Hurd wins in special election
Jeremy Hurd said he got the call just after 9 p.m. – he had won the special election for District 4 County Commissioner in Lake County.
“We were very excited and really humbled,” Hurd said.
The seat on the county board of commissioners has been vacant since Paul Bergman passed away in late July. Four residents filed for the special election to fill the seat, forcing a November primary election through which Hurd and Amy Stark advanced. Hurd received 226 votes in Tuesday’s polling, while Stark received 172. The district includes wards 2 and 4 of Two Harbors and the second precinct of unorganized territory 2.
On Wednesday, in the wake of the election, both Stark and Hurd said they appreciated the campaign run by their opponent.
“I really couldn’t have been more pleased. We did a nice job of being respectful and clean,” Stark said.
“It was a pleasure running a campaign where the candidates were able to talk about why we were running,” Hurd said. “That is the way all elections should be, and I want to thank Amy Stark for taking the same approach.”
Both Hurd and Stark are lifelong Lake County residents. Stark is a supervisor for Lake County Health and Human Services and Hurd is an attorney with Orman, Nord and Hurd in Duluth. Stark said that although
she is disappointed about the loss, she has no regrets and is looking forward to gaining back some free time she lost while campaigning.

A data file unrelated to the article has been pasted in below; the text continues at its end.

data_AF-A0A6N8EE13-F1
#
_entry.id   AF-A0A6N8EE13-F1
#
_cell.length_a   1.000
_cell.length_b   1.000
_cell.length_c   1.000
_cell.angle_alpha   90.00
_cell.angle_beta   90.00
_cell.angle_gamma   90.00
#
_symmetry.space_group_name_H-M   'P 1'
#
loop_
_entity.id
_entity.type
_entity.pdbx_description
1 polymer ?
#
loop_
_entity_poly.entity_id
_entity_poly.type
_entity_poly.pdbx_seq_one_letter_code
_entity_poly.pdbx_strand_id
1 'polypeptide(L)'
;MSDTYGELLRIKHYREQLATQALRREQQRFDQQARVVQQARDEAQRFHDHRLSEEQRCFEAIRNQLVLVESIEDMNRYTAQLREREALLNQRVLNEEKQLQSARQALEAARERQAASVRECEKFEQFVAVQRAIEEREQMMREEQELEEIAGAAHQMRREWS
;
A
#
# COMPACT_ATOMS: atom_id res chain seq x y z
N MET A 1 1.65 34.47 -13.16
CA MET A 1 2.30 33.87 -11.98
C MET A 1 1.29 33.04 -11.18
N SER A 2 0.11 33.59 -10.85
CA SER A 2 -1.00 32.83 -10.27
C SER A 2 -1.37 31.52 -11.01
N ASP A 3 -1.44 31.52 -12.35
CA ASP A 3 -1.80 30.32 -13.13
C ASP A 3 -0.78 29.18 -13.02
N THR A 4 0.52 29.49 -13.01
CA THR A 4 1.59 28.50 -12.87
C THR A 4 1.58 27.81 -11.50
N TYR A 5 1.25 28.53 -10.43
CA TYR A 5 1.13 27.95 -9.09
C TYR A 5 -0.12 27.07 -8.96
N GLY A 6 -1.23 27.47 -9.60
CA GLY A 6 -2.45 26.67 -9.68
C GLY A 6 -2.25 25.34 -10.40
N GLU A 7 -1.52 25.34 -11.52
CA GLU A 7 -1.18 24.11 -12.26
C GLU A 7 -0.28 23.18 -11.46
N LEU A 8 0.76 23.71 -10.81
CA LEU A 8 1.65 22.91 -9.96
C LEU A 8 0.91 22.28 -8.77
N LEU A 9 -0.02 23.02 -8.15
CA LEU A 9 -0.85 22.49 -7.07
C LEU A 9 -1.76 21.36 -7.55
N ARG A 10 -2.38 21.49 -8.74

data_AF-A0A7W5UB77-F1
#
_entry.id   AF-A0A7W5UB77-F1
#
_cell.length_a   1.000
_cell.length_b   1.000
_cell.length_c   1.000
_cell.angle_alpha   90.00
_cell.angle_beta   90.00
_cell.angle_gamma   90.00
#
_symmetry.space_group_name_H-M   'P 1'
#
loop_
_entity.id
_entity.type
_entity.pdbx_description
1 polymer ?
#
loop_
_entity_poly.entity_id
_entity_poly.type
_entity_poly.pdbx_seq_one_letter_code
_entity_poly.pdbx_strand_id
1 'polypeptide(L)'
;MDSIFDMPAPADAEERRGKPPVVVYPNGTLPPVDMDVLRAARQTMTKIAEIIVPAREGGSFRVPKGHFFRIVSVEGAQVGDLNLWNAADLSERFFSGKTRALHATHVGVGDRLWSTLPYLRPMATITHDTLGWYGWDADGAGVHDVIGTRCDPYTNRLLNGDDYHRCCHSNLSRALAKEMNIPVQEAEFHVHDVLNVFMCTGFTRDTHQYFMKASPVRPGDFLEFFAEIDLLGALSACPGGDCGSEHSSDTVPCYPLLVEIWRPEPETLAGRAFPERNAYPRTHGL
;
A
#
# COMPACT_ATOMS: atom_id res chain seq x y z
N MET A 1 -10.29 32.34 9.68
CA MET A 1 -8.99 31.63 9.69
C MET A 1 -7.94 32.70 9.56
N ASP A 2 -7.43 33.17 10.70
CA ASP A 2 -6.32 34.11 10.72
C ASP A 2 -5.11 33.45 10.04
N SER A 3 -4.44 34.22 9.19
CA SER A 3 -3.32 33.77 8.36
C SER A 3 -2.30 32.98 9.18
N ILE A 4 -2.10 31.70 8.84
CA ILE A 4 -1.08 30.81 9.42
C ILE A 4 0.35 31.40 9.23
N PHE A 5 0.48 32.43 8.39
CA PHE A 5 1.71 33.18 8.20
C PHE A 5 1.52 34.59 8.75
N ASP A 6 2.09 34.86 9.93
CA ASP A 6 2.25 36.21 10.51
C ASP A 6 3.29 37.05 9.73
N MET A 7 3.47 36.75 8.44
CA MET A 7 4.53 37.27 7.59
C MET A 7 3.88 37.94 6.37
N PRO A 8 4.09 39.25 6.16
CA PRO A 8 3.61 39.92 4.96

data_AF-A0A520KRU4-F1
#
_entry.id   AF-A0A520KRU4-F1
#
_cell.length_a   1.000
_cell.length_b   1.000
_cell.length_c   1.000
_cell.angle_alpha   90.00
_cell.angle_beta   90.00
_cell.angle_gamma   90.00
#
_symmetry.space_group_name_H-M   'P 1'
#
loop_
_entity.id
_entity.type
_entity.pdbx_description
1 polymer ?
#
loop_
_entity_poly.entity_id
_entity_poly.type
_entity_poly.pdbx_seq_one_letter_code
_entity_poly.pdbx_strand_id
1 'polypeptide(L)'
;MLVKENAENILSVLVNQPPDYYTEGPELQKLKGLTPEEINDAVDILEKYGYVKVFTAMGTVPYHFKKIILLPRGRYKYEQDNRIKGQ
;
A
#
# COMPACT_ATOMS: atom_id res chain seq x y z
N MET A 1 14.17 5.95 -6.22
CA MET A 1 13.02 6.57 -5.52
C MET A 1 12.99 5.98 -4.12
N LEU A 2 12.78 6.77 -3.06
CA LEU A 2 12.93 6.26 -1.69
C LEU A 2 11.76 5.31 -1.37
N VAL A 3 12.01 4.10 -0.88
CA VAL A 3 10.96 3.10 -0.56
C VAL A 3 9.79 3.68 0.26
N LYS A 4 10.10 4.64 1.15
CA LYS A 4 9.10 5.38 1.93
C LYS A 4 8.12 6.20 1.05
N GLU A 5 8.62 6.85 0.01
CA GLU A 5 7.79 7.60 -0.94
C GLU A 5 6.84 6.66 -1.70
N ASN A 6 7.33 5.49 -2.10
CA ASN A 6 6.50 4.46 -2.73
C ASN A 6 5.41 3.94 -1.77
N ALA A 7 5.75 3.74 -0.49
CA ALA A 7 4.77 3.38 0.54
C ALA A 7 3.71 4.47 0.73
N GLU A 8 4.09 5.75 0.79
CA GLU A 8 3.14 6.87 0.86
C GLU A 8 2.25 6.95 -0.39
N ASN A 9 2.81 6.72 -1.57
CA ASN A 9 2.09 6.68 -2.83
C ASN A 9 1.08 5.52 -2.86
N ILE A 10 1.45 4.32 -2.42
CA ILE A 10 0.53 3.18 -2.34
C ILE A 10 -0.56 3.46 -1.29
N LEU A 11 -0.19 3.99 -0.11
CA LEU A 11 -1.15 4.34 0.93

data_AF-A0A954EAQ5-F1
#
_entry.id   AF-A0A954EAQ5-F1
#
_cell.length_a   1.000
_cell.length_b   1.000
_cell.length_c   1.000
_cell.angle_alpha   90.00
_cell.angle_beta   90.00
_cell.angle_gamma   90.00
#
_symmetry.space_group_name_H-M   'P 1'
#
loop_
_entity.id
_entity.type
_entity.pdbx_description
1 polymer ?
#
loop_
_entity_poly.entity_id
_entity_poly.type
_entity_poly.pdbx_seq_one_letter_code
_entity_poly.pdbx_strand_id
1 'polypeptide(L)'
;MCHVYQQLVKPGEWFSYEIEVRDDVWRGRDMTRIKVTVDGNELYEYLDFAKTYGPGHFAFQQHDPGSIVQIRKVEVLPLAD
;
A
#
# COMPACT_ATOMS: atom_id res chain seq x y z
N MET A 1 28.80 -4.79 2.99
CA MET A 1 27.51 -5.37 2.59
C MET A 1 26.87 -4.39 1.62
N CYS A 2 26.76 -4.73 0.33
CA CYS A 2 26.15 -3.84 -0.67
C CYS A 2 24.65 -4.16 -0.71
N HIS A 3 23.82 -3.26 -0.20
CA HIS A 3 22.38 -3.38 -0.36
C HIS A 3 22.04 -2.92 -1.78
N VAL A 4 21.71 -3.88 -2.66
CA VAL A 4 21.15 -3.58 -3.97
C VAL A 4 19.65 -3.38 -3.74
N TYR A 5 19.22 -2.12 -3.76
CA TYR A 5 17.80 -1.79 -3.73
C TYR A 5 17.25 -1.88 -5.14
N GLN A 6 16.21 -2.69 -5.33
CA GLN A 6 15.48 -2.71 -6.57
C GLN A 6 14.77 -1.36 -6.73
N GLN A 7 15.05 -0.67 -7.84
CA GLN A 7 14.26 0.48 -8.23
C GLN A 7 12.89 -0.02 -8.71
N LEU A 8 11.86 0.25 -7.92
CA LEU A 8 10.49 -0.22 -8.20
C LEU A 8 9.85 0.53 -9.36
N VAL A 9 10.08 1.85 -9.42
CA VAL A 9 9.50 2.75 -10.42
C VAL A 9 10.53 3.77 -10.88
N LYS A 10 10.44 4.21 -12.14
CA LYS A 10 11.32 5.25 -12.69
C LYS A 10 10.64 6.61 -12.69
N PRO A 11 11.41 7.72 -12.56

“Maybe I’ll actually get a closet organized,” she said with a laugh.
When Hurd was asked how he will balance his family, including two young daughters, his work and his new position as commissioner, he joked, “alcohol.” Taking a more serious tone, he said he knows it won’t be easy but is looking forward to the challenge.
“I know that with hard work I will do my best to advocate for Lake County and represent my fellow residents,” Hurd said.
The term lasts until the end of 2014, when the regular election will take place. Hurd plans to run for election and Stark said she hasn’t ruled out running again.
Turnout for the special election was light, with 398 of about 1,500 registered voters voting – that’s less than the primary election, which saw over 400 votes.
“Certainly the senior citizens are turning out,” said judge Phyllis Mealey.Both Mealey and fellow judge Odelia Hoffman agreed, however, that there had been some confusion about who could vote and when polls would be open. Other judges said that the weather may have kept some voters from venturing out to cast their ballots.